Frank Crowson - Senior Vice President of Marketing at Guitar Center

Executive Profile: Frank Crowson, SVP of Marketing at Guitar Center

After spending almost 16 years at Target, Frank Crowson left retail to join Guitar Center. He talked with MC about the joys and challenges of communicating the company’s mission to the public.

Toys, Music and Advertising
I was a toy buyer at Target for five years. People ask if it was like the movie Big. Some parts were, but there was more pressure to achieve results than Tom Hanks had.

I was also the head of the music department on the merchandising side, so I was in charge of the team that decided all the albums Target carried, which ones we got behind and the ones we launched advertising campaigns around. I was also on the board of NARM, which is now the Music Business Association.

Those jobs were highly related to music and entertainment. On the toy side, the business related to what was popular. Target does massive advertising campaigns around movie and album releases. We did partnerships with Justin Timberlake, Taylor Swift, Adele, Pink and others. I worked with labels, management and distribution companies to build programs with those artists and their teams.

Benefits v. Drawbacks
In any job, you have a handful of things you look at and think, “I can’t believe they pay me to do this.” And then, you have other things where you say, “They don’t pay me enough to do this.” If the first hand is more full than the second, you’re in good shape. Whenever my roles lead me through arts- and entertainment-related spaces, that first hand was much more full.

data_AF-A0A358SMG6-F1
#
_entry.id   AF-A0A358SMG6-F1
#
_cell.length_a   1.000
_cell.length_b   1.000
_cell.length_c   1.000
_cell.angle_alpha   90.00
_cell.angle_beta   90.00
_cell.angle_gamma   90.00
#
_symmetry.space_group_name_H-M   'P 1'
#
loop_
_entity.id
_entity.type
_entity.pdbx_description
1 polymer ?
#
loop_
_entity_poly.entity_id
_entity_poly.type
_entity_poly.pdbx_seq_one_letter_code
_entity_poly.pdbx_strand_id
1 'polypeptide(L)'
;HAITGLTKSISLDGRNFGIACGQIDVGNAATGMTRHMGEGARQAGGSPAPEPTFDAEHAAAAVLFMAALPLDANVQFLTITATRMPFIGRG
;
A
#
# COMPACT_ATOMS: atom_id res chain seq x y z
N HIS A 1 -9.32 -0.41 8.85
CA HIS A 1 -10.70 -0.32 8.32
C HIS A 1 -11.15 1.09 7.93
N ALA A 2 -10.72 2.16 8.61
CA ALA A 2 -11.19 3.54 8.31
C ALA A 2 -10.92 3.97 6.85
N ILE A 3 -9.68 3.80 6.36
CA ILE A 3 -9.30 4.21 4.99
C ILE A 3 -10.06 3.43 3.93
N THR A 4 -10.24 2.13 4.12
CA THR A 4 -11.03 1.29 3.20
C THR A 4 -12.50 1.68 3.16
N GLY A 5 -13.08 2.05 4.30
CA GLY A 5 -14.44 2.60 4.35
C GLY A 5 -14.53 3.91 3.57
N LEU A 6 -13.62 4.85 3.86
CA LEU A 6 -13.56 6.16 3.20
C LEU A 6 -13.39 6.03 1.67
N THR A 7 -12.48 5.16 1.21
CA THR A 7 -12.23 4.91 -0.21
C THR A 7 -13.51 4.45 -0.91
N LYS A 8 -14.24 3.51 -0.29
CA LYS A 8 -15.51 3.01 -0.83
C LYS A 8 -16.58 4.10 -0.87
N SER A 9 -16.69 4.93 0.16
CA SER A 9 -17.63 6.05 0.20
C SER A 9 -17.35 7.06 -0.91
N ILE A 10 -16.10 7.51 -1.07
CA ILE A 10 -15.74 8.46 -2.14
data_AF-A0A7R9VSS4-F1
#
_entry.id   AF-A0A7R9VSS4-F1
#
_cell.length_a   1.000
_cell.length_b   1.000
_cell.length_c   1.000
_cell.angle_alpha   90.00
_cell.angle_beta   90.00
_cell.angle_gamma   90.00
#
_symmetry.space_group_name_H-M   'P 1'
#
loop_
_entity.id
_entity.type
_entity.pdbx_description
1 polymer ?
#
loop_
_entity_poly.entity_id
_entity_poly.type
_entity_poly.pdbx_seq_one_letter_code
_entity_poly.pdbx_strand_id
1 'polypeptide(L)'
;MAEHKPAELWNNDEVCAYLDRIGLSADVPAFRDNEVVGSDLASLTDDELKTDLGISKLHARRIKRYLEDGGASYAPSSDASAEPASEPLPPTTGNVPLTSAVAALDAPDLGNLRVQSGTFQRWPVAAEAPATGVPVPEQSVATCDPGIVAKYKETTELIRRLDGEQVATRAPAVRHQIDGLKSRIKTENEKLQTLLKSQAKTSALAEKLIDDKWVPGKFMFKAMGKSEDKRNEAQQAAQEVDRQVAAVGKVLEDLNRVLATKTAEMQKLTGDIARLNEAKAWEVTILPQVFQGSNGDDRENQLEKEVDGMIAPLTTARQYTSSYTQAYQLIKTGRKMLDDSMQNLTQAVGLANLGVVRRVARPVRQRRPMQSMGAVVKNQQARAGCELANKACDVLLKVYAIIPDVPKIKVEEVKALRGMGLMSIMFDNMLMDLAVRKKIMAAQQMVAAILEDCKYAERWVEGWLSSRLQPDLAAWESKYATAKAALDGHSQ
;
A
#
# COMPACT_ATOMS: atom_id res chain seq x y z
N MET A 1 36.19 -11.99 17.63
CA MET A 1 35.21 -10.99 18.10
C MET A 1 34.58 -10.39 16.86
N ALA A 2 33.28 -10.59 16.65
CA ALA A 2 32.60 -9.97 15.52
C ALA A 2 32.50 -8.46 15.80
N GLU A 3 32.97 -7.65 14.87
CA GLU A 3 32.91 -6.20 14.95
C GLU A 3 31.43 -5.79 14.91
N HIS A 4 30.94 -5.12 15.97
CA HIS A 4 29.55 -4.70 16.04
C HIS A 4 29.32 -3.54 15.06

While I was happy at Target, when [the Guitar Center] opportunity came it felt too good to pass up. To influence the music business and be a part of it from the musician’s perspective seemed like such an amazing opportunity I had to take it.

The Art of Science
Retail marketing covers different things. It’s a constant blend between art and science. It’s heavy on the financial analysis one minute and then flipping 180 degrees to evaluating and shaping creative the next. We’re serving the most creative element of the population but, at the same time, we need, from a business perspective, to be savvy on the science side.

Connecting and Inclusivity
Everything we do is a connection with the musicians we serve. Everything we do expresses our brand. We go deep into the what’s, why’s and how’s of music makers. We’re on a journey of customer obsession, to understand not only what people think of us, but what’s important to musicians. We’re building a brand that’s inclusive across what we refer to as the three G’s––gender, genre and generation. We’ve been working on driving inclusivity.

We’re Not So Different
If there’s one common thread that unites musicians, that would be amazing. We went looking for this thread and found a huge rope, because there’s so much that unites musicians. The perceived divisiveness is more of a perception. What unites them is more prominent than what divides them. The reality is that musicians love and want to make music. We’re rallied around this belief that there’s no such thing as too much music. Every note of music that enters the world makes the world a better place and there’s no point of diminishing return.

1 2